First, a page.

Rwanda is positioning itself as the gateway for investment in Africa. In a fascinating new report by the Kigali International Financial Centre (KIFC) business people and lawyers reflect on what is needed to introduce and hold the interest of the global investment community in Africa.
“I have reviewed the KIFC research and analysis report on doing business in Africa and found it insightful. It is well written and informative. The survey findings and expert opinions within the report are useful and will go a long way in helping to position KIFC.
Many challenges have been identified. A few that stand out include: (i) inconsistent regulatory framework; (ii) corruption, bribery, security; (iii) lack of infrastructure to support investment on the ground; and (iv) perception that Africa lacks the capacity to utilise capital received.
A key point that stands out is that African entities only sometimes get involved in advising on deals. Given that knowledge of the local environment is considered critical, there is great opportunity for KIFC to lead within this space. Such positioning can also help Rwanda become a viable alternative to Mauritius with respect to jurisdictions for structuring investments. The SME space also provides opportunities for KIFC to have an impact.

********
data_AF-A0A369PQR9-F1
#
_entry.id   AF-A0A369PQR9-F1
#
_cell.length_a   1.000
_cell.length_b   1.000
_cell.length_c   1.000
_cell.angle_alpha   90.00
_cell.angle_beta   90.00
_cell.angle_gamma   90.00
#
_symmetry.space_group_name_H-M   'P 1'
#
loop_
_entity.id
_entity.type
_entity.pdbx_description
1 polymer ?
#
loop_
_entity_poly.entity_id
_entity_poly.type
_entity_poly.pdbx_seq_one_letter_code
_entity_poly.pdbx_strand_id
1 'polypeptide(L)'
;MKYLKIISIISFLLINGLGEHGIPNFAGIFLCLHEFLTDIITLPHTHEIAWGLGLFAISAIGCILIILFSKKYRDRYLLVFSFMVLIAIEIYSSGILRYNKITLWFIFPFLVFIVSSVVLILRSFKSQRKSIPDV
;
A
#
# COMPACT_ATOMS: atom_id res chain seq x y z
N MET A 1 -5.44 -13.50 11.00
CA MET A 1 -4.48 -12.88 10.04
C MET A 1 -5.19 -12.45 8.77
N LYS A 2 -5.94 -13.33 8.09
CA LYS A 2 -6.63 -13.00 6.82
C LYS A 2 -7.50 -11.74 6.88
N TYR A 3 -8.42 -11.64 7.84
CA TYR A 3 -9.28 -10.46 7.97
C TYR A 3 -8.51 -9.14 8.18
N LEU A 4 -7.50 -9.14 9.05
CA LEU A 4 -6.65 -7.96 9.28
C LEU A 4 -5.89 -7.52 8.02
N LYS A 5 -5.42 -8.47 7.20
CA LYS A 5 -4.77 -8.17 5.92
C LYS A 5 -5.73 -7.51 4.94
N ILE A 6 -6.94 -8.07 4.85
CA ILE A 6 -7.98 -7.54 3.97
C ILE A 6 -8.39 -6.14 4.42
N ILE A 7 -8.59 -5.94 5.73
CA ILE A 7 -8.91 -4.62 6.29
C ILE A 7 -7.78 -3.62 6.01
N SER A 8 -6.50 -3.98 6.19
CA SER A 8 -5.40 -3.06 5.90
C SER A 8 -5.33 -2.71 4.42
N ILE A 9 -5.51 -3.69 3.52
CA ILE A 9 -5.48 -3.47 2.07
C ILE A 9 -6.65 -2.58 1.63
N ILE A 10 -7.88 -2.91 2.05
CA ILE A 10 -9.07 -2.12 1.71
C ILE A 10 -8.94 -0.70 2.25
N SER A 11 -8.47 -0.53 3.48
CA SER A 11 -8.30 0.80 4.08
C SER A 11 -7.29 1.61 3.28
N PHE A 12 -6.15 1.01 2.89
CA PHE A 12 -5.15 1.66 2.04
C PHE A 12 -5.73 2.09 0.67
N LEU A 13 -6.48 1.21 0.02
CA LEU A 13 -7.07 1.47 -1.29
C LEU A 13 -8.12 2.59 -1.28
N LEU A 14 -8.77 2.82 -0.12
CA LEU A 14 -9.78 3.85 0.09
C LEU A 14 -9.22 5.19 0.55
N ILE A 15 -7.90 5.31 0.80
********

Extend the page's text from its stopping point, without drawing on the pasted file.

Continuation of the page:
The report also notes that restructuring of the Rwanda Investment Code has been a big attraction and that KIFC is pushing for more innovation in banking and regulation. This already provides a strong foundation. The challenge though is how to replicate such successes (improvement of the enabling environment), across Africa.
While KIFC provides investors with the comfort and confidence to invest in Africa, the overall concern about stability and predictability of the legal and regulatory frameworks remains an issue.
The high cost of doing business, resulting from the volatility of the legal and regulatory frameworks, affects the risk-return calculations. This explains why many investments that are commercially profitable and economically attractive do not materialise. Reliable regulations and robust business-friendly institutions are key to de-risking private investment.
In my view therefore, concerted effort is needed to improve the continent’s global image. In particular, the negative perception of Africa as an investment destination must be dealt with. There continues to be a perception of unacceptable levels of risk, particularly political and business risks, in Africa. Unless this perception changes, despite KIFC’s efficiency and effectiveness, there will continue to be a drag on investment flows from outside the continent.
In my view, a few areas also worth taking a closer look at include:
(i) Possible harmonisation of investment codes;
(ii) Increased emphasis on intra-Africa investments rather than a heavy focus on investments from outside the continent;
(iii) Innovative risk mitigating instruments (such as guarantee schemes) to help deal with the negative perception of Africa as an investment destination.
In conclusion, it is a good piece of research that meets professional standards and deserves to be widely read by all stakeholders, particularly professionals, regulators, and policy makers, interested in understanding the current challenges and opportunities for realising and facilitating pan-African investment.”
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